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The Promise and Peril of CreditWhat a Forgotten Legend about Jews and Finance Tells Us about the Making of European Commercial Society$
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Francesca Trivellato

Print publication date: 2019

Print ISBN-13: 9780691178592

Published to Princeton Scholarship Online: September 2019

DOI: 10.23943/princeton/9780691178592.001.0001

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PRINTED FROM PRINCETON SCHOLARSHIP ONLINE (www.princeton.universitypressscholarship.com). (c) Copyright Princeton University Press, 2021. All Rights Reserved. An individual user may print out a PDF of a single chapter of a monograph in PRSO for personal use.date: 19 September 2021

The Making of a Legend

The Making of a Legend

Chapter:
(p.36) 2 The Making of a Legend
Source:
The Promise and Peril of Credit
Author(s):

Francesca Trivellato

Publisher:
Princeton University Press
DOI:10.23943/princeton/9780691178592.003.0003

This chapter discusses Étienne Cleirac's commentary on the first article of the Guidon de la mer (The Standard of the Sea). In brief, he says that the Jews expelled from France invented marine insurance policies and bills of exchange in order to salvage their assets when fleeing to “Lombardy,” that is, to northern and central Italy. From there, Italian refugees exported the newly invented financial instruments north of the Alps, where bankers and moneylenders were called “Lombards,” a name eventually given to a public square in Amsterdam. Cleirac's merging of these spaces has the effect of tracing a direct line between fourteenth-century Lombards and seventeenth-century Amsterdam and makes pawnbroking appear contiguous with the most sophisticated forms of financial credit developed during the sixteenth century. This chronological compression is crucial to Cleirac's rhetorical strategy of making medieval Jewish moneylenders, the object of scorn and prejudice, interchangeable with the international merchant-bankers of the seventeenth century.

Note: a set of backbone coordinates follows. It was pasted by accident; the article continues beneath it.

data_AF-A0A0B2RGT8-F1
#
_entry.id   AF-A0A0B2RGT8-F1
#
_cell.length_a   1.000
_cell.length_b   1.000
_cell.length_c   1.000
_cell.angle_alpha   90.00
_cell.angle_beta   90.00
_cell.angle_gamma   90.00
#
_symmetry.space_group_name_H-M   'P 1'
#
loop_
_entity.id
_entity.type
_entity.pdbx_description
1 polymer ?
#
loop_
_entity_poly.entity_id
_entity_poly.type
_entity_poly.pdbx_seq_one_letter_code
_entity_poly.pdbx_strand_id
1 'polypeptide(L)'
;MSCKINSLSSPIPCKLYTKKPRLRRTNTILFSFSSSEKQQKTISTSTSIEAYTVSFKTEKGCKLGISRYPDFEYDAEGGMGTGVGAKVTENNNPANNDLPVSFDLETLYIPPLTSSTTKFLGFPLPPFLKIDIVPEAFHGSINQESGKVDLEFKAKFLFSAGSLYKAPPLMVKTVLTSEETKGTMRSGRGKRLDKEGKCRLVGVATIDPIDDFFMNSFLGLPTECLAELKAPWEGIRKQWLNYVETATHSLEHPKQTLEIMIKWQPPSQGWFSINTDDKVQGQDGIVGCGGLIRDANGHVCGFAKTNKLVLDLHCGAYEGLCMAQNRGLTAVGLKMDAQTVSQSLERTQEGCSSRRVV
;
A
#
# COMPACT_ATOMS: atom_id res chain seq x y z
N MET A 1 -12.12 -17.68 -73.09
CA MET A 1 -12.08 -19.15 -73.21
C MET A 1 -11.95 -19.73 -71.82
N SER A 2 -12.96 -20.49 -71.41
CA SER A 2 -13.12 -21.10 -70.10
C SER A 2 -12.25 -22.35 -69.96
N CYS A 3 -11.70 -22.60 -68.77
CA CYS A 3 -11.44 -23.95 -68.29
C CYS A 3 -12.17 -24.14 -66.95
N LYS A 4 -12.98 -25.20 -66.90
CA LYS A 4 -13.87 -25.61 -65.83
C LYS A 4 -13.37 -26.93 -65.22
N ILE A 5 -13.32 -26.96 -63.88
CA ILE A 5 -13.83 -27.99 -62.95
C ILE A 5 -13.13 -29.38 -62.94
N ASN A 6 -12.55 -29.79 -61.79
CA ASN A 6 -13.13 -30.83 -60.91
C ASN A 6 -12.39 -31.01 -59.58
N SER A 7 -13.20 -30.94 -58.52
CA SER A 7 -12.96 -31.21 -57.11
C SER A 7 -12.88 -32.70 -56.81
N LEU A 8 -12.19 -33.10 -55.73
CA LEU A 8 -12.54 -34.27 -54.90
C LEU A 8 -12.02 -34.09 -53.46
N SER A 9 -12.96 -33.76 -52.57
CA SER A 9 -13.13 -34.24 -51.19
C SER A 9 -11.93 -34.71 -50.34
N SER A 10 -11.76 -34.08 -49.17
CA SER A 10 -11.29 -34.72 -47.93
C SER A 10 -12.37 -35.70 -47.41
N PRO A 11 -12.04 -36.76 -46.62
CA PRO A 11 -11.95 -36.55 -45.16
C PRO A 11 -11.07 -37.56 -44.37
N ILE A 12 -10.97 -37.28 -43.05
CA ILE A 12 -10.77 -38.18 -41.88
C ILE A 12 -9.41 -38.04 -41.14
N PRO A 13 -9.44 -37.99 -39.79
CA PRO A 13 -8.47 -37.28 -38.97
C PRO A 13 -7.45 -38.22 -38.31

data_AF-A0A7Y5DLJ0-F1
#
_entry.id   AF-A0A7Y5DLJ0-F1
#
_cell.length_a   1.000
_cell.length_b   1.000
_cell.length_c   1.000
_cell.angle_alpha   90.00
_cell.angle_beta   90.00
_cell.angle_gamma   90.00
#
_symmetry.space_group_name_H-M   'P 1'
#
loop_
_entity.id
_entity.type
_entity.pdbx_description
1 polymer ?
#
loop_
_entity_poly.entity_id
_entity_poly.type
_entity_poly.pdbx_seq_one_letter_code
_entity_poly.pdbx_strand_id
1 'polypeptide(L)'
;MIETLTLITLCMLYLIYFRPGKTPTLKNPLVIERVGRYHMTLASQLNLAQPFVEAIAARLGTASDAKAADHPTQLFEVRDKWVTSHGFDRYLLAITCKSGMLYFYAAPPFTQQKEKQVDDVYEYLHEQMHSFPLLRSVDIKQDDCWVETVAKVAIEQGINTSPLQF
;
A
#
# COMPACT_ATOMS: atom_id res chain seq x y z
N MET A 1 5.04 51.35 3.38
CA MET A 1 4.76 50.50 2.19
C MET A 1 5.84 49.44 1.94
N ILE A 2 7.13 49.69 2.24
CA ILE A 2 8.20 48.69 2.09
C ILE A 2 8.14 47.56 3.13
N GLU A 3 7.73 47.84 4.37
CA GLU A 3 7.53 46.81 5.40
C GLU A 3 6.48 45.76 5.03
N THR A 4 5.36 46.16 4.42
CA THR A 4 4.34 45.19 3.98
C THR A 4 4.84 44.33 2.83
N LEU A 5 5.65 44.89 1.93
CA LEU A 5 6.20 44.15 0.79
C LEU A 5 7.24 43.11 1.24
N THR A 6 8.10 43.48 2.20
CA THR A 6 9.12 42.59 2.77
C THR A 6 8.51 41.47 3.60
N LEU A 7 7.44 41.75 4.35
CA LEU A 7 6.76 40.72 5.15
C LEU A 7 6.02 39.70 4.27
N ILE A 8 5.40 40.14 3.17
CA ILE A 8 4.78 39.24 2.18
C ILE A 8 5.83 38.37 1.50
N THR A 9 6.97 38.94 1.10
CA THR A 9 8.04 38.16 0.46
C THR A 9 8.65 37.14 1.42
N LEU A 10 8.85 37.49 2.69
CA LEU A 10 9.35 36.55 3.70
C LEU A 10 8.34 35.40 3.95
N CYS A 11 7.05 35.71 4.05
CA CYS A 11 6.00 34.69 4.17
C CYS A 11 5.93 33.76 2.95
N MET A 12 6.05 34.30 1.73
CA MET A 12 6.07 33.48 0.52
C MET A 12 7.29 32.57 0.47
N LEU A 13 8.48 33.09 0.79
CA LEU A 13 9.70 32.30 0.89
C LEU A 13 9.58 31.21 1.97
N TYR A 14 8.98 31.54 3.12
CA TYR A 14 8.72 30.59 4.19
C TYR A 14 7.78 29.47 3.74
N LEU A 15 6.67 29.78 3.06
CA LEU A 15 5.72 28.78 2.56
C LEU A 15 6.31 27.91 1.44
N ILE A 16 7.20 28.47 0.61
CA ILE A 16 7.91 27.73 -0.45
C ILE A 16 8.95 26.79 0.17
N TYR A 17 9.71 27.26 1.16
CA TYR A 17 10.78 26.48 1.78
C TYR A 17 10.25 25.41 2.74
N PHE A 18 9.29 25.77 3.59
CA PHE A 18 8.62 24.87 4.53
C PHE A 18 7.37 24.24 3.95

Keywords:   Étienne Cleirac, Jews, marine insurance policies, bills of exchange, Lombardy, Italian refugees, pawnbroking, financial credit, Jewish moneylenders, merchant-bankers

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